St George’s Hospital Birthing Unit will remain open for another year

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A popular Christchurch primary birthing unit will remain open for another year after considering a closure.

A protest march that ended outside St George’s was among efforts to try to save the birth unit.
Photo: RNZ / Jean Edwards

St George’s Hospital Maternity is currently the only primary birthing unit in Christchurch, with the nearest alternative being half an hour’s drive away.

A closure was considered due to staff shortages, but staff, midwives and young mothers rallied to keep the ward open in April.

A petition with 30,000 signatures opposing the potential closure was delivered to the hospital’s chief executive, Blair Roxborough, and he extended the TAUT for a decision accordingly.

Today he announced the hospital will remain open for the remainder of his contract with the Canterbury District Health Board, ending in June next year.

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“We continue to discuss the future of our maternity services contract – beyond June 2023 – with DHB Canterbury,” he said.

A new DHB birthing unit opened yesterday in Selwyn, with a central unit in the town also due to open in early 2023.

Advisor to the College of Midwives Jacqui Anderson

jacqui anderson
Photo: Provided

But College of Midwives adviser Jacqui Anderson said these units should not replace existing services, but rather add to them as demand increases.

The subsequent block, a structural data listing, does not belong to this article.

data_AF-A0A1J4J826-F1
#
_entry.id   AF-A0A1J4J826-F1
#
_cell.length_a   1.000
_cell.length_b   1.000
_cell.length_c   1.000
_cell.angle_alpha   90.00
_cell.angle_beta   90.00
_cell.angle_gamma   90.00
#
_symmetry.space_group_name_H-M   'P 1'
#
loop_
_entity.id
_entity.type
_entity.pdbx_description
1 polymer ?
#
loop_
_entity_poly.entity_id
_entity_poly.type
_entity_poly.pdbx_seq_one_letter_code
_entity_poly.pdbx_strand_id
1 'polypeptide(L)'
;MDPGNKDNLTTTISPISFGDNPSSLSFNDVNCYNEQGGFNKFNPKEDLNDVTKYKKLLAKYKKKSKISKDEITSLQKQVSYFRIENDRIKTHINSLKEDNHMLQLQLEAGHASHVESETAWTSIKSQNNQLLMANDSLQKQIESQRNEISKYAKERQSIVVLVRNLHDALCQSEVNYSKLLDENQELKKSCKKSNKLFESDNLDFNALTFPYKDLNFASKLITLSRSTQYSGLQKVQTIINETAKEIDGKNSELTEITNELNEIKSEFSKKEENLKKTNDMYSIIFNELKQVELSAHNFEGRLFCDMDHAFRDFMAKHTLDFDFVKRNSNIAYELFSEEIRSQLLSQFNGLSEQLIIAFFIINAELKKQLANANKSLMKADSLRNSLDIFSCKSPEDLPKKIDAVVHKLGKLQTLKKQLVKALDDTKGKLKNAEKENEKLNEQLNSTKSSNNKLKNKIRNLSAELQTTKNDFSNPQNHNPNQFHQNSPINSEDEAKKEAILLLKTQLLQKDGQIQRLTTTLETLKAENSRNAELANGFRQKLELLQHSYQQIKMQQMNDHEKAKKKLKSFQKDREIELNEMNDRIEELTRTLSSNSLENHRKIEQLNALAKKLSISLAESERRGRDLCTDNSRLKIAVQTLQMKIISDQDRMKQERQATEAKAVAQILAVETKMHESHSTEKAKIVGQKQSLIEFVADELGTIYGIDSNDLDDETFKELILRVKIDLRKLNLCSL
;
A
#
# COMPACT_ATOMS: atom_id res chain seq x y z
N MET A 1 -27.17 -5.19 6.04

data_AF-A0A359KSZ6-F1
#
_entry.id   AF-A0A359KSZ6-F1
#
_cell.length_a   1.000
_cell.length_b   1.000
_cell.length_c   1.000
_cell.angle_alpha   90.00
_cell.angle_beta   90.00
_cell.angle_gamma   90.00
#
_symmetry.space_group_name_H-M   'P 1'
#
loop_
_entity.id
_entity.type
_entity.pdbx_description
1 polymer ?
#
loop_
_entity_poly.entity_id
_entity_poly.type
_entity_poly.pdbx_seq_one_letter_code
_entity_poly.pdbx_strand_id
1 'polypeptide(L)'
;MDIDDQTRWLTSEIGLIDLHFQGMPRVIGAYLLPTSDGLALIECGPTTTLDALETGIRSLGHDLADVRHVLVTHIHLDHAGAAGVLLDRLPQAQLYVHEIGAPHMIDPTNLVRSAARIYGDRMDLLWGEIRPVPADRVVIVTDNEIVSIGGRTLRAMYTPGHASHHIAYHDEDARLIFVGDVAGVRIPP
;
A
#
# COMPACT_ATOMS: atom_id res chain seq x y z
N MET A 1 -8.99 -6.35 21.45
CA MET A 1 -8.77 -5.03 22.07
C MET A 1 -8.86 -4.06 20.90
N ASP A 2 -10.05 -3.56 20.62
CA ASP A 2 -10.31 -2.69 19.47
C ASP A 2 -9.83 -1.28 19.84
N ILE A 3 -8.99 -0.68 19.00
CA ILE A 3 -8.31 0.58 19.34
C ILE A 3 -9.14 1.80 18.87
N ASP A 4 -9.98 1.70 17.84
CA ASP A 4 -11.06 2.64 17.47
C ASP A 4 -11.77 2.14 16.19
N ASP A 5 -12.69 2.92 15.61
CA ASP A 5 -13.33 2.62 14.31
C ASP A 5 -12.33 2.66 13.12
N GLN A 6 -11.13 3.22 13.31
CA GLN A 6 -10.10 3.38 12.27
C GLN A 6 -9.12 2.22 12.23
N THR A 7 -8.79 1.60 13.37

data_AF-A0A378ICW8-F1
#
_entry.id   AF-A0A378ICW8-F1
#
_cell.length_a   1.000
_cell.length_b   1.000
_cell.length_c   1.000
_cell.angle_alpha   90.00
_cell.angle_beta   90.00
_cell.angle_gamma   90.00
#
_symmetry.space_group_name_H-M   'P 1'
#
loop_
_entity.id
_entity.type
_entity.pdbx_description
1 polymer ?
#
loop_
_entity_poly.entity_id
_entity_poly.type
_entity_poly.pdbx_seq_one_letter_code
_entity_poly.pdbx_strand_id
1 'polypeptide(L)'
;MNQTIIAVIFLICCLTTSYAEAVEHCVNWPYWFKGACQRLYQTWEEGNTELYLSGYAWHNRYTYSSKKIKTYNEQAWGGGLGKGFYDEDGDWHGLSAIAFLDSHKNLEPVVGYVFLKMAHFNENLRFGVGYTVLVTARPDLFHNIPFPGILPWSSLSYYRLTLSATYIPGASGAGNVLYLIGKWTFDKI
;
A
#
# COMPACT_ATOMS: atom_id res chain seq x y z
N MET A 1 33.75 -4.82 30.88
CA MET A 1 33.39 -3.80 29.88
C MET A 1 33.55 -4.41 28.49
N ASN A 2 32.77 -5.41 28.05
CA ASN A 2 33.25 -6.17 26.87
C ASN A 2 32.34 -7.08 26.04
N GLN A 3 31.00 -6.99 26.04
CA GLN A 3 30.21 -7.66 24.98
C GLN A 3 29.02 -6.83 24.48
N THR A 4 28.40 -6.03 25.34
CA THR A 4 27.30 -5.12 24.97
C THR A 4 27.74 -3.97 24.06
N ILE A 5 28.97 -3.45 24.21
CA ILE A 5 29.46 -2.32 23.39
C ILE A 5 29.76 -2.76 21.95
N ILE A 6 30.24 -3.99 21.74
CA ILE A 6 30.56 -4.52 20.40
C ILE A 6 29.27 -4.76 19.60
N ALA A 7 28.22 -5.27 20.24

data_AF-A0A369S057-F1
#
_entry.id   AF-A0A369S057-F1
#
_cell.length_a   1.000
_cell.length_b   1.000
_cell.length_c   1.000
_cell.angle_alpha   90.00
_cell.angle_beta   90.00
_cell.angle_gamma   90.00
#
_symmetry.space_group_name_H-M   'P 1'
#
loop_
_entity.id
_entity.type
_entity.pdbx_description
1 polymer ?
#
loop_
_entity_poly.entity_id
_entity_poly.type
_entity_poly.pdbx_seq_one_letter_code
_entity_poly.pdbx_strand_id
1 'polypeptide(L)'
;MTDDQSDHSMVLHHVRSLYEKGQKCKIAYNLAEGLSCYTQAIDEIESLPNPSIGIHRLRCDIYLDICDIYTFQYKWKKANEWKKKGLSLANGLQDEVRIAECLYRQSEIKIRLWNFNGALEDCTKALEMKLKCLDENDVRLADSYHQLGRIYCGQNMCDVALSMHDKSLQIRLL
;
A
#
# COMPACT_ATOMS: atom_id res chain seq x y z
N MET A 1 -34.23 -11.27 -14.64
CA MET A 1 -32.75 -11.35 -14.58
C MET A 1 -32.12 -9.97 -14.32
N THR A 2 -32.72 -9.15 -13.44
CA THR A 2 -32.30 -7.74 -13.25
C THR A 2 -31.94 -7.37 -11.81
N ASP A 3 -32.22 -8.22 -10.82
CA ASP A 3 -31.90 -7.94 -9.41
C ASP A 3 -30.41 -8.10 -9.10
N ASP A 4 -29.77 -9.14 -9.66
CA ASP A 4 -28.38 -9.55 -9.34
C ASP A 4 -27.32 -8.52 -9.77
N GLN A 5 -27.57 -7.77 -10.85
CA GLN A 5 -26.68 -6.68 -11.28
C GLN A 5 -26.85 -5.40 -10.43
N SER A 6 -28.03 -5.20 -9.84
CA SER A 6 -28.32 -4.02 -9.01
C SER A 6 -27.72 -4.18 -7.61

The potential closure was a reflection of the undervaluation of women’s health, she said.

“It’s really disheartening that we continue to fight, really, for recognition that the health and wellbeing of women and babies actually reflects the health and wellbeing of the community.

“It is incredibly disappointing that our midwife-led maternity service does not receive the appropriate resources and support, which affects our ability to provide the cutting-edge model of care we have in place.”

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Sheena Ross of Rata Midwives, who organized the ‘Save St George’s’ petition, agreed.

“We should be making more primary birthing services available to women, not cutting them.”

The uncertainty caused by the potential closure has been stressful for mothers and midwives, and this will continue with the unit’s unknown future beyond June next year, she said. .

“It didn’t explode, it still matters to all of us.”

Phoebe Leyton was due to have her first child at St George’s in September, and she was anxious to find out if it would happen there.

“It was quite concerning for us, but not [being] sure what our plan b would be.

“Today’s news is fantastic, we are truly relieved at this important decision, not just for us but for all the women, people and whānau who were planning to give birth at St George’s Maternity Hospital.”

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Roxborough said that while the service would remain open next year, staffing issues remained.

“I want to be very clear, unless this staffing shortage is addressed in order to maintain safe maternity services, we will have to further reduce deliveries at St George’s,” he said.

“There remains a nationwide shortage of midwives and we welcome feedback from our own maternity staff and the midwifery union MERAS on the staffing suggestions.”

MERAS said it was working closely with St George’s and the renewed certainty of continued operations would attract midwives to fill vacancies.

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St George’s Hospital at Merivale in Christchurch.
Photo: St. George’s Hospital

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